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    ABSTRACT: There is a need to develop new bone anabolic agents because current bone regeneration regimens have limitations. The Wingless-type MMTV integration site (Wnt) pathway has emerged as a regulator of bone formation and regeneration. To review the molecular basis for Wnt pathway modulation and discuss strategies that target it and improve bone mass. Data in peer-reviewed reports and meeting abstracts are discussed. Neutralizing inhibitors of Wnt signaling have emerged as promising strategies. Small-molecule inhibitors of glycogen synthase kinase 3beta increase bone mass, lower adiposity and reduce fracture risk. Neutralizing antibodies to Dickkopf 1, secreted Frizzled-related protein 1 and sclerostin produce similar outcomes in animal models. These drugs are exciting breakthroughs but are not without risks. The challenges include tissue-specific targeting and consequently, long-term safety.
    Expert Opinion on Therapeutic Targets 05/2009; 13(4):485-96. · 4.90 Impact Factor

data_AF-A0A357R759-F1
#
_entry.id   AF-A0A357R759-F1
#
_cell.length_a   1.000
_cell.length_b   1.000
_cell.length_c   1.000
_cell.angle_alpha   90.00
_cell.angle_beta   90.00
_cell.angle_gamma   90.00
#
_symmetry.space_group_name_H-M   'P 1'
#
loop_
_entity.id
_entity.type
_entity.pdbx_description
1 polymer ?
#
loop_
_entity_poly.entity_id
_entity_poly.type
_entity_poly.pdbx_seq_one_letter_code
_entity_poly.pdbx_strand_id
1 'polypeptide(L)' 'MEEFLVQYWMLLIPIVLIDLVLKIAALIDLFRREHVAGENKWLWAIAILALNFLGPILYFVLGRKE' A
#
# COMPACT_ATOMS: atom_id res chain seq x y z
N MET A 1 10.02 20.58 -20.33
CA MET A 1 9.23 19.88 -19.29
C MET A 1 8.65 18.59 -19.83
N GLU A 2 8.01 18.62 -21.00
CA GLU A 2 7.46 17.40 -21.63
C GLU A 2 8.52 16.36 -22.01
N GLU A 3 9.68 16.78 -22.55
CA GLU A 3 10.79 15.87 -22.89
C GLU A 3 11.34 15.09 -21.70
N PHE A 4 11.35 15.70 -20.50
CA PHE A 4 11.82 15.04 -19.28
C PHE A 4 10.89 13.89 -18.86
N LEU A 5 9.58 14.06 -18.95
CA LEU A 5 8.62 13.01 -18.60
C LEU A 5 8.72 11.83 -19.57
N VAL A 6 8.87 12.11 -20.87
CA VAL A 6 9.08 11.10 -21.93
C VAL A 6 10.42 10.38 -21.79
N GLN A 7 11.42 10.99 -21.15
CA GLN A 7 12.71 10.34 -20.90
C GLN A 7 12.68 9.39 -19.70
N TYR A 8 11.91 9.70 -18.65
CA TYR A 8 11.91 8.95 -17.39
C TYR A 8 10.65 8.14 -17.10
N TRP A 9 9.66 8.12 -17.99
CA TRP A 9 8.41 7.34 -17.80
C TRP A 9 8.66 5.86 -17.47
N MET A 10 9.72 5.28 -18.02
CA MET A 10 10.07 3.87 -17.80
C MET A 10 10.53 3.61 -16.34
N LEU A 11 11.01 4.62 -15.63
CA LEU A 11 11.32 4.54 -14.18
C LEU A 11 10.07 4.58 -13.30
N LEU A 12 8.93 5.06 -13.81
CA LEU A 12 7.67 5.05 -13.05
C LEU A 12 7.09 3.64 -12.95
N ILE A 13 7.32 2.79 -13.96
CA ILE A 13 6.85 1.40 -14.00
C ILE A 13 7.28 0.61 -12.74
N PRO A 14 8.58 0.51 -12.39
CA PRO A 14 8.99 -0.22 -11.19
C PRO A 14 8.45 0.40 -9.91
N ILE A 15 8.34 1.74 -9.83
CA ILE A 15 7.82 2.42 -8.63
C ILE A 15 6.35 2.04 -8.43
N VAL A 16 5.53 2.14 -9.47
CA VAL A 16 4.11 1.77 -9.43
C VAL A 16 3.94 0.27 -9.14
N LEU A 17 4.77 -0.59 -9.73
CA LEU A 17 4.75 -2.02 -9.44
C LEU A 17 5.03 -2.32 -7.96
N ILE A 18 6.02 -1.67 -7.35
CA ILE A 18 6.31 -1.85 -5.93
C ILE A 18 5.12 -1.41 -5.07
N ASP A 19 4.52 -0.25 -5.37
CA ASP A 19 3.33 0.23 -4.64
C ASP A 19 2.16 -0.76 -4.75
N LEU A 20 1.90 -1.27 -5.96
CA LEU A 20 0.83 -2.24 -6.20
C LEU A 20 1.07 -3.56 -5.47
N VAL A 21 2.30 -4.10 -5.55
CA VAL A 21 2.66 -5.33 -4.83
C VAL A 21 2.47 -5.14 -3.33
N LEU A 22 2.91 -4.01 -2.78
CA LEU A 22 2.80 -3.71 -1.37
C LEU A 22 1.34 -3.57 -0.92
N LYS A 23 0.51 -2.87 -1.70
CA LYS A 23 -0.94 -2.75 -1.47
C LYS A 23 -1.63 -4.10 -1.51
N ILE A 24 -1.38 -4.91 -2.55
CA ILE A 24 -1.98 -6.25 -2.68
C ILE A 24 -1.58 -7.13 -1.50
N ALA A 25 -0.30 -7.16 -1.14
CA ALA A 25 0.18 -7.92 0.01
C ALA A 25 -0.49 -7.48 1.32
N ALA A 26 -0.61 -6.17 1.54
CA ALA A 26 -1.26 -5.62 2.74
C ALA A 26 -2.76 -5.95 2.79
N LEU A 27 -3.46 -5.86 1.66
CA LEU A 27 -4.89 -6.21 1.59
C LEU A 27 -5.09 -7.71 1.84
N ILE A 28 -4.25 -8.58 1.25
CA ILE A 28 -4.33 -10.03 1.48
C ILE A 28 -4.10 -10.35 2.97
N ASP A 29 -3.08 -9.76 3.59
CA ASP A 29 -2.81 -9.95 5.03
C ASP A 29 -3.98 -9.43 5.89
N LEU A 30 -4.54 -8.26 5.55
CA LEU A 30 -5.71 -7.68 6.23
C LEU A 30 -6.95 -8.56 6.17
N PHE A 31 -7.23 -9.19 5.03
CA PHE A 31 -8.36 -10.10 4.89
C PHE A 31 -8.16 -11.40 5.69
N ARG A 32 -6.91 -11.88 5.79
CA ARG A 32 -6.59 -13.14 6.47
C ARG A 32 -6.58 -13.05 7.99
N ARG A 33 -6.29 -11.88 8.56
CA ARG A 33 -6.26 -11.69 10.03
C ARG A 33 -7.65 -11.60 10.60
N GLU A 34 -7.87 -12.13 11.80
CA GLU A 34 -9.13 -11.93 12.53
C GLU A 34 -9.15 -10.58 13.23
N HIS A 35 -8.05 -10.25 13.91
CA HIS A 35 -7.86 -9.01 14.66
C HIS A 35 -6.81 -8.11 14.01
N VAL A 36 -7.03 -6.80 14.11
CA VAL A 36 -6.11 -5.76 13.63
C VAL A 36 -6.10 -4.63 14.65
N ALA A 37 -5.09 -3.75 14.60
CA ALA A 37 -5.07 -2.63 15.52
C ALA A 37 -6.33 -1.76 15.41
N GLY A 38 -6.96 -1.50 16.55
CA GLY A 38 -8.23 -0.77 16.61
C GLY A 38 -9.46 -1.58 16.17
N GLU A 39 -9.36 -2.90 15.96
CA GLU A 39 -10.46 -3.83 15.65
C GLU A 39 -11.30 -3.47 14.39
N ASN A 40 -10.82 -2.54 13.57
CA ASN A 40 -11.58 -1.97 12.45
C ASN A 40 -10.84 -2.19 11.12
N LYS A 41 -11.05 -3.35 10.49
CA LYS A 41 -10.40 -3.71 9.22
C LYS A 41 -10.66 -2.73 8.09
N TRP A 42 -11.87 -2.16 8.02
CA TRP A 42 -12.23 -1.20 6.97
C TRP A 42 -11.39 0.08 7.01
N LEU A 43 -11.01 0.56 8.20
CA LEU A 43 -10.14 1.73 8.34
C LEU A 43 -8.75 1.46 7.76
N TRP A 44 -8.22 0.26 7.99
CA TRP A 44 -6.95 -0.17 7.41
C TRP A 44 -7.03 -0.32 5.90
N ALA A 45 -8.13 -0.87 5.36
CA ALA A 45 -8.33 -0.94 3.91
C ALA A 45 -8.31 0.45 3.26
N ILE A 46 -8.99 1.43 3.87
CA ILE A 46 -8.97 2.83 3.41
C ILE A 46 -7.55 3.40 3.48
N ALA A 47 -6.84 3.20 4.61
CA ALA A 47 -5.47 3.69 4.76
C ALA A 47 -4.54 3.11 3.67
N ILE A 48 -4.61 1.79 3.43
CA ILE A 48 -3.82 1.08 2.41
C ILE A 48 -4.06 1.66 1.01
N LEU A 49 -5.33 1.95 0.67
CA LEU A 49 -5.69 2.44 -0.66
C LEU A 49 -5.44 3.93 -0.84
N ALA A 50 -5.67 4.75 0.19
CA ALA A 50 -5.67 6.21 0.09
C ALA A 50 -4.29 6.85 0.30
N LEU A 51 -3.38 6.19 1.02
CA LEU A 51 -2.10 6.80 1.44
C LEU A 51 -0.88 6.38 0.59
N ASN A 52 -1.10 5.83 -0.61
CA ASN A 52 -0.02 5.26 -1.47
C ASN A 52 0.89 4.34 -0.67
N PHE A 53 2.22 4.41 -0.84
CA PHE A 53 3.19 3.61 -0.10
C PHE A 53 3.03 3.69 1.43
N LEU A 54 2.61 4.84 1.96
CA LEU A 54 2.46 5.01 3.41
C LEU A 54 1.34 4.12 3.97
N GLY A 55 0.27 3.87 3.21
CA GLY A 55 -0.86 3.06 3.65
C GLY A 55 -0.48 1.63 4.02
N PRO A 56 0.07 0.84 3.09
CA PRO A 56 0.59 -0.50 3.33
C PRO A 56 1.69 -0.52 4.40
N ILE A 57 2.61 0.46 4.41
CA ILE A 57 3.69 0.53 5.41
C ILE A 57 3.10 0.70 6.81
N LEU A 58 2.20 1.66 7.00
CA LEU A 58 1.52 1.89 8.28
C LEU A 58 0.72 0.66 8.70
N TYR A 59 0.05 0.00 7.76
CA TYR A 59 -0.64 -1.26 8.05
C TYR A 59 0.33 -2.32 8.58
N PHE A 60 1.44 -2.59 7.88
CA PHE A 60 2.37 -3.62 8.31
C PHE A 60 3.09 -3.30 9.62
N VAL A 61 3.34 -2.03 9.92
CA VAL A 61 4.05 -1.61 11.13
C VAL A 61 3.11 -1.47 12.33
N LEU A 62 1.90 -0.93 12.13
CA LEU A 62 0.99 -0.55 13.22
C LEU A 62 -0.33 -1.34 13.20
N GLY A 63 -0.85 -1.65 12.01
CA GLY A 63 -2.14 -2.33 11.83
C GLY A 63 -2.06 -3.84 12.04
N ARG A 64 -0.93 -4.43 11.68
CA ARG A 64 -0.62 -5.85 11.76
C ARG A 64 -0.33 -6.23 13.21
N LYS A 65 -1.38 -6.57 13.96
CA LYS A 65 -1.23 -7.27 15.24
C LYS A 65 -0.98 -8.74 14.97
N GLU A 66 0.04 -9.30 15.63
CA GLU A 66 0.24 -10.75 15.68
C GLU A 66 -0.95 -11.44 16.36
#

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    ABSTRACT: The actions of 17beta-estradiol (E2) and selective estrogen receptor modulators (SERMs) have been extensively investigated regarding their ability to act through estrogen receptor-alpha (ERalpha) to perturb estrogen receptor positive (ER+) breast cancer (BC) growth. However, many BCs also express ERbeta, along with multiple estrogen receptor (ER) splice variants such as ERbetacx, an ERbeta splice variant incapable of binding ligand. To gain a more comprehensive understanding of ER action in BC cells, we stably expressed ERalpha, ERbeta, or ERbetacx under doxycycline (Dox) control in Hs578T cells. Microarrays performed on E2 or 4OH-tamoxifen (4HT) treated Hs578T ERalpha and ERbeta cells revealed distinct ligand and receptor-dependent patterns of gene regulation, while the induction of ERbetacx did not alter gene expression patterns. E2 stimulation of Hs578T ERbeta cells resulted in a 27% decrease in cellular proliferation, however, no significant change in proliferation was observed following the exposure of Hs578T ERalpha or ERbeta cells to 4HT. Expression of ERbetacx in Hs578T cells did not effect cellular proliferation. Flow cytometry assays revealed a 50% decrease in E2-stimulated Hs578T ERbeta cells entering S-phase, along with a 17% increase in G0/G1 cell-cycle arrest. We demonstrate here that ERalpha and ERbeta regulate unique gene expression patterns in Hs578T cells, and such regulation likely is responsible for the observed isoform-specific changes in cell proliferation. Hs578T ER expressing cell-lines provide a unique BC model system, permitting the comparison of ERalpha, ERbeta, and ERbetacx actions in the same cell-line.